I couldn’t make it to the emergency room until 9:30pm that evening. To see my brother sitting there, I.V. attached to him, resting his head on the wall in an attempt to get relief, just killed me. I’m wired to fix things and there wasn’t a damn thing I could do. I was sitting next to my brother when the doctor came at midnight to tell him he wasn’t going anywhere because his appendix would have to be removed. He apologized and said he might have to sit in the waiting room until the morning because there weren’t any beds available. My mind started to race and I thought I would go home, get a reclining lawn chair from my backyard and set up a makeshift bed so he could get some comfort. To everyone’s relief a nurse came forward and said that she had a solution, bless her heart. She found a gurney for him to lay down on in one of the examination rooms.

Once my brother was comfortable, due in large part to the morphine drip, I could retreat to my own thoughts. Of all the voices in my head, the loudest one was saying, “how can a country with a standard of living such as ours, reduce health care to this?” To be absolutely clear, our doctors, nurses, technicians, support staff etc., do an amazing job. It’s the strain and the weight of the system that leaves medical practitioners no choice but to keep patients waiting hours for treatment and in some cases, left sitting in hallways to wait for a bed to become available. The responsibility for the state of our health care system today falls squarely on the shoulder of our policy makers. Politicians in our country do not have the courage to confront the sacred cow, better known as universal health care.

For the record (in the event I decide to enter into politics one day and someone claims that I once said that the sick should be left to die on the sidewalk because they couldn’t afford health care) I believe every Canadian has a fundamental right to health care, irrespective of economic standing. But I also believe it is irresponsible to continue on a path that will ultimately lead to a poorer standard of health care and ultimately bankrupt the system. It’s time for us to have an honest dialogue and dismiss those who always invoke the class warfare argument when this subject is broached.

Allowing for a multi-tiered health care system does not mean that the poor and indigent would not have free access to health care. It would mean that there would be different ways to distribute health care, thus relieving some of the pressure on government funded health care. A user pay system or some form of privatization will have to be a part of the solution. By the way, it’s creeping into our system already. For example, there are two private health care facilities within walking distance of my office. I know this because I’m a member of one. I pay an annual fee and that accords me the right to access a doctor, nutritionist, physiotherapist etc. I had to join because when I moved back to Toronto from Vancouver, I had a hard time finding a family doctor. Why? Offices were not taking new patients. So much for universal health care.

I’ll gladly pay, on top of what I already pay through taxes, for the ability to see a doctor. Being a member of a private health care facility does not mean I get bumped up in the queue for tests. In the last two years I needed to have an MRI and C-SCAN and in both cases the wait time was between 4 to 6 weeks. At my request the private facility arranged for the tests to be done in Buffalo, New York, at a cost of approximately $250 per test. I had the tests done within 48 hours. I would have gladly paid that sum for the ability to have the test done in my own country. Maybe I’m missing something but I think private clinics would lessen the burden on the government system, thus increasing the efficiency of care.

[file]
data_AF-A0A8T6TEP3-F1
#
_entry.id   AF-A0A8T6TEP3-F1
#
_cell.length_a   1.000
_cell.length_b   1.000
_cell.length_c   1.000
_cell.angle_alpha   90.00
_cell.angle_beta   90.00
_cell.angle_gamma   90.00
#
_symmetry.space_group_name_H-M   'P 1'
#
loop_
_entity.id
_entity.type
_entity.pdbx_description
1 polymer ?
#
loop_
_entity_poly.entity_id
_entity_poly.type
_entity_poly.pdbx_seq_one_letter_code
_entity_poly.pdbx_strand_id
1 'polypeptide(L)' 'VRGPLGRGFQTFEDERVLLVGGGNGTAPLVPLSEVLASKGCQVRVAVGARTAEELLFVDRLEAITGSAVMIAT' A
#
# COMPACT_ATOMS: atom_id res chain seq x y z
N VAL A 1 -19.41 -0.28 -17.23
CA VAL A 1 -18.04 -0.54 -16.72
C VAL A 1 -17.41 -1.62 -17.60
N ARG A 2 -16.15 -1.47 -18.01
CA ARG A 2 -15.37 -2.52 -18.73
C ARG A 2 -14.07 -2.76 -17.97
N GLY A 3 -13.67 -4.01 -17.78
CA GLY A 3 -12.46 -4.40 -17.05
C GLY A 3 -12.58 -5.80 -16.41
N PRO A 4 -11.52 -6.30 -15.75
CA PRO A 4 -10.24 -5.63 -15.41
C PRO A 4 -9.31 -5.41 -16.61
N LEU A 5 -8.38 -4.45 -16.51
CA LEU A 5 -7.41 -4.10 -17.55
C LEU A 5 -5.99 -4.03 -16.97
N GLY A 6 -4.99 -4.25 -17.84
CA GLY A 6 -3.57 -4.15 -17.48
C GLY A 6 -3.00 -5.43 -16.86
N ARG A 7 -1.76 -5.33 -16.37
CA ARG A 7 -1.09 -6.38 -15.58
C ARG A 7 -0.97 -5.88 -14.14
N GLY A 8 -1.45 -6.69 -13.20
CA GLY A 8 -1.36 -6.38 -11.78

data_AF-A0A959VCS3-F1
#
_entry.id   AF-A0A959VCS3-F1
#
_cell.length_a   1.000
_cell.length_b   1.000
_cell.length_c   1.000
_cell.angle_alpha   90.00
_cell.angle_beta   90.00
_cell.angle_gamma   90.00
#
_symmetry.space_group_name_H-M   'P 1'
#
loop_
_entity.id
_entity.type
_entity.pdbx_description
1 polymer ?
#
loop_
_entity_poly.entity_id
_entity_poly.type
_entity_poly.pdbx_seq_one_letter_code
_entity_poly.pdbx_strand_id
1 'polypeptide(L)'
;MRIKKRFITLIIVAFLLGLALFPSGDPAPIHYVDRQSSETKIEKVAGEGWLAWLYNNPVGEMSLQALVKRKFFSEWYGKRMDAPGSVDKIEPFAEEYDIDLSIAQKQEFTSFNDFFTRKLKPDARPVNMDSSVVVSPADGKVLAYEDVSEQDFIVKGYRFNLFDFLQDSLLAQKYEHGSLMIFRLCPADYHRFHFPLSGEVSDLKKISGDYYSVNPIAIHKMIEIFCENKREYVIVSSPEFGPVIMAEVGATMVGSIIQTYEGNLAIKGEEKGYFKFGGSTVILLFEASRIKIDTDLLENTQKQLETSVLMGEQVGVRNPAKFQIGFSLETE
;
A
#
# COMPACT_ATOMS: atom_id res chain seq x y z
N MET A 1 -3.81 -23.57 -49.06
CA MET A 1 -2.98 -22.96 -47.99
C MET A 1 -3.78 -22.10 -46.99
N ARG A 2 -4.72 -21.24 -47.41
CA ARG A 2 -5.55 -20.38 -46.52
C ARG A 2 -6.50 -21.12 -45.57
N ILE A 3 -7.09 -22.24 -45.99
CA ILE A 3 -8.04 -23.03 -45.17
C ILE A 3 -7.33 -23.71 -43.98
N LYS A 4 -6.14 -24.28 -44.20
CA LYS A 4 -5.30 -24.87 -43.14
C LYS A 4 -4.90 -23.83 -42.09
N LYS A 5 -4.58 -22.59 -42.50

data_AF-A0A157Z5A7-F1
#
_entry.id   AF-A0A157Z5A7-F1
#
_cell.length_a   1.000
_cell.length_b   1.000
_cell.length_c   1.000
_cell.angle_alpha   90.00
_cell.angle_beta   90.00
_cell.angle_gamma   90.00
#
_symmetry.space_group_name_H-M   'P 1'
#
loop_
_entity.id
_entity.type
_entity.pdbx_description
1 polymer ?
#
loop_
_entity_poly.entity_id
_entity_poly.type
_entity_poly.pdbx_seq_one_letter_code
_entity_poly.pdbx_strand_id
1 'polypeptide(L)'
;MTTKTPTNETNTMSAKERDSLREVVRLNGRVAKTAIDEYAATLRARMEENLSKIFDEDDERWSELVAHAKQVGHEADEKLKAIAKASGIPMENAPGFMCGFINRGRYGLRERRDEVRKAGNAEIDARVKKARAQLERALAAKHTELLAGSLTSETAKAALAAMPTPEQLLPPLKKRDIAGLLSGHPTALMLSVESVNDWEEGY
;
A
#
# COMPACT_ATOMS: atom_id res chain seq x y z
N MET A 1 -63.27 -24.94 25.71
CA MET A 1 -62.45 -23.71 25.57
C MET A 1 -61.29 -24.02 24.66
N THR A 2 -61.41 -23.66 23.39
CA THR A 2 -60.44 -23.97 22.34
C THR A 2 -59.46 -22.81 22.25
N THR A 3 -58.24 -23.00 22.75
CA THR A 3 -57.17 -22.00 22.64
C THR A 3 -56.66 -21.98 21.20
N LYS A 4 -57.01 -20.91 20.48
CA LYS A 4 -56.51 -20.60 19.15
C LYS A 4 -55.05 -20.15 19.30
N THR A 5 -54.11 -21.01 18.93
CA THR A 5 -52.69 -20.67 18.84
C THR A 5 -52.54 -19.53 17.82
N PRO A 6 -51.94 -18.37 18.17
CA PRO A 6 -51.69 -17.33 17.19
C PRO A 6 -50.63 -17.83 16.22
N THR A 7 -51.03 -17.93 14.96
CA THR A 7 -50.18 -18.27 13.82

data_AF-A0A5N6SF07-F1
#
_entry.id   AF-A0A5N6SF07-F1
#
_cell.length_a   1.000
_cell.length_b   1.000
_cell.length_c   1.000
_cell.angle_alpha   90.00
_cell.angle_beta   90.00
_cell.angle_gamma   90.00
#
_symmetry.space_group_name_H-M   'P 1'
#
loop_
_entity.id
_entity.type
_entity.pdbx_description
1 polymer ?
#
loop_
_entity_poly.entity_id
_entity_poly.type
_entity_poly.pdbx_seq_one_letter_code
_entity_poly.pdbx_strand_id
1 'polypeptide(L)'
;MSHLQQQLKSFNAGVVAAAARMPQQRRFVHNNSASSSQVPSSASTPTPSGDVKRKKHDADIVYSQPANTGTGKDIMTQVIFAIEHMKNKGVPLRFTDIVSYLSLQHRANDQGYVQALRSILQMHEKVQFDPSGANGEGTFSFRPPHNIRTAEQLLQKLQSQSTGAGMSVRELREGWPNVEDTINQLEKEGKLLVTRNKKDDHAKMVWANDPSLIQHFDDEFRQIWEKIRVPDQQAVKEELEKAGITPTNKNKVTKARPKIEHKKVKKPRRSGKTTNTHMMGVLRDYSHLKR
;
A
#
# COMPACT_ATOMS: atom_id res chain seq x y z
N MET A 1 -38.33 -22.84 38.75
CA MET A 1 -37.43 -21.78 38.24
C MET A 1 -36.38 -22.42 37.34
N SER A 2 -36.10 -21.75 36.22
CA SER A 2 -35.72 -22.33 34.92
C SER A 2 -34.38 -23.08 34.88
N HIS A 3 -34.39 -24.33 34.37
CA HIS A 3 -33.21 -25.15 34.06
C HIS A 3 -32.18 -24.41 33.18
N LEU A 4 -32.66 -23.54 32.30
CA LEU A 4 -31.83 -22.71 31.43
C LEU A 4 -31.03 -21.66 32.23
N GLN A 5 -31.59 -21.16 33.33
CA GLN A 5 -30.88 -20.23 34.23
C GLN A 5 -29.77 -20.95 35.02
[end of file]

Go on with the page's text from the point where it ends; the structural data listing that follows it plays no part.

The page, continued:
Our multi-tiered system is also made obvious when we look at how athletes receive treatment. Why is it the case that if I’m a professional hockey player in this country and I hurt my knee on a Saturday night, an MRI is done on Sunday, and the surgery is on Monday? Could the teams be paying for it directly? I wonder. Should we believe that MP’s, Cabinet Ministers, and the PM himself would wait 4 to 6 weeks for an MRI, or wait in the emergency room for 8 hours? Once again, just wondering.

The only way the system will change is if we, the majority of Canadians, force the politicians into doing something. A politician has two primary goals: getting elected and then getting re-elected. Up until now, doing nothing about the health care systems hasn’t cost them votes. There will be no change unless that changes.

Back to my brother, he’s recovering and doing well. Not back to normal but getting close. One thing about this ordeal is we learned about our father’s brush with appendicitis. It happened back in 1966. One night my dad was in excruciating pain. My mom called their family physician, in the evening no less, and the doctor did what doctors did at that time. The doctor made a house-call, took one look at the condition my dad was in and proceeded to escort him to his own car and he drove my dad to the hospital. My dad was operated on within an hour of arrival.

Until next time


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0 Comments Moving On – Oh Joy, Oh Bliss

Article written by on the 31 Jul 2012 in Family,Personal

I can think of hundreds of mundane and bothersome activities that we all encounter and simply have to do.  The activities can range from going to the dentist to renewing the sticker on your license plate.  On one end of the spectrum the activity can be painful and the other end the government treats your wallet like a buffet.  But I can say unequivocally that one of the top 5 activates I hate more than others is, moving!  And that’s what awaits me tomorrow.  Ah, but tomorrow’s move is extra special for our family because we don’t get possession of our new home for another three weeks.   For the next three weeks I get to say, Boris Bozic, of no fixed address.